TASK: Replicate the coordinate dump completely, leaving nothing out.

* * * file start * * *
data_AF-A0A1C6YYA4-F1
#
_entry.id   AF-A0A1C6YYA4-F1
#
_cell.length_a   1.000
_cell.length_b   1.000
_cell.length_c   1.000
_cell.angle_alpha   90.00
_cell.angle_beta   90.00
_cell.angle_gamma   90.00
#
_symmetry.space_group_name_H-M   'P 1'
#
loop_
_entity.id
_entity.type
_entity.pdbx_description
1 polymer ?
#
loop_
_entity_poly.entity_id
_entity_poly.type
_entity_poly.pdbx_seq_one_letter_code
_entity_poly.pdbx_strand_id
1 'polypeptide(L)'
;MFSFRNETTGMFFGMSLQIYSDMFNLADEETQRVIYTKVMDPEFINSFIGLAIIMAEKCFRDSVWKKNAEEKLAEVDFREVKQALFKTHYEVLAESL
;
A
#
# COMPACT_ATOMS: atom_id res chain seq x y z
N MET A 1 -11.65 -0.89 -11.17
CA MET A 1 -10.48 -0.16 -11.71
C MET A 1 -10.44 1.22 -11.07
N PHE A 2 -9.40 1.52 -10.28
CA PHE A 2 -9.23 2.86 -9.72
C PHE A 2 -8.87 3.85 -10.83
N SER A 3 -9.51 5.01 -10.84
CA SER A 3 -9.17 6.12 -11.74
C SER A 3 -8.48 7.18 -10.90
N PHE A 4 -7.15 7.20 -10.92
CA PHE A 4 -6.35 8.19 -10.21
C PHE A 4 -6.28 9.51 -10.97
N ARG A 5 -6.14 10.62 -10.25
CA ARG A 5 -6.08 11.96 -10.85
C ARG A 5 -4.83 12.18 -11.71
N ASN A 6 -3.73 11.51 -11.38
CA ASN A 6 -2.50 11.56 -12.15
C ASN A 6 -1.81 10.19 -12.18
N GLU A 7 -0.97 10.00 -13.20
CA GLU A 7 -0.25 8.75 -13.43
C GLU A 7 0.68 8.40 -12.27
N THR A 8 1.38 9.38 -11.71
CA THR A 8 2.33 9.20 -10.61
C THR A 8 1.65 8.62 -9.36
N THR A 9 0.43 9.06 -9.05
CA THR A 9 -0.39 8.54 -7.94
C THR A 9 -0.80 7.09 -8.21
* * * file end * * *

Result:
data_AF-A0A1C6YYA4-F1
#
_entry.id   AF-A0A1C6YYA4-F1
#
_cell.length_a   1.000
_cell.length_b   1.000
_cell.length_c   1.000
_cell.angle_alpha   90.00
_cell.angle_beta   90.00
_cell.angle_gamma   90.00
#
_symmetry.space_group_name_H-M   'P 1'
#
loop_
_entity.id
_entity.type
_entity.pdbx_description
1 polymer ?
#
loop_
_entity_poly.entity_id
_entity_poly.type
_entity_poly.pdbx_seq_one_letter_code
_entity_poly.pdbx_strand_id
1 'polypeptide(L)'
;MFSFRNETTGMFFGMSLQIYSDMFNLADEETQRVIYTKVMDPEFINSFIGLAIIMAEKCFRDSVWKKNAEEKLAEVDFREVKQALFKTHYEVLAESL
;
A
#
# COMPACT_ATOMS: atom_id res chain seq x y z
N MET A 1 -11.65 -0.89 -11.17
CA MET A 1 -10.48 -0.16 -11.71
C MET A 1 -10.44 1.22 -11.07
N PHE A 2 -9.40 1.52 -10.28
CA PHE A 2 -9.23 2.86 -9.72
C PHE A 2 -8.87 3.85 -10.83
N SER A 3 -9.51 5.01 -10.84
CA SER A 3 -9.17 6.12 -11.74
C SER A 3 -8.48 7.18 -10.90
N PHE A 4 -7.15 7.20 -10.92
CA PHE A 4 -6.35 8.19 -10.21
C PHE A 4 -6.28 9.51 -10.97
N ARG A 5 -6.14 10.62 -10.25
CA ARG A 5 -6.08 11.96 -10.85
C ARG A 5 -4.83 12.18 -11.71
N ASN A 6 -3.73 11.51 -11.38
CA ASN A 6 -2.50 11.56 -12.15
C ASN A 6 -1.81 10.19 -12.18
N GLU A 7 -0.97 10.00 -13.20
CA GLU A 7 -0.25 8.75 -13.43
C GLU A 7 0.68 8.40 -12.27
N THR A 8 1.38 9.38 -11.71
CA THR A 8 2.33 9.20 -10.61
C THR A 8 1.65 8.62 -9.36
N THR A 9 0.43 9.06 -9.05
CA THR A 9 -0.39 8.54 -7.94
C THR A 9 -0.80 7.09 -8.21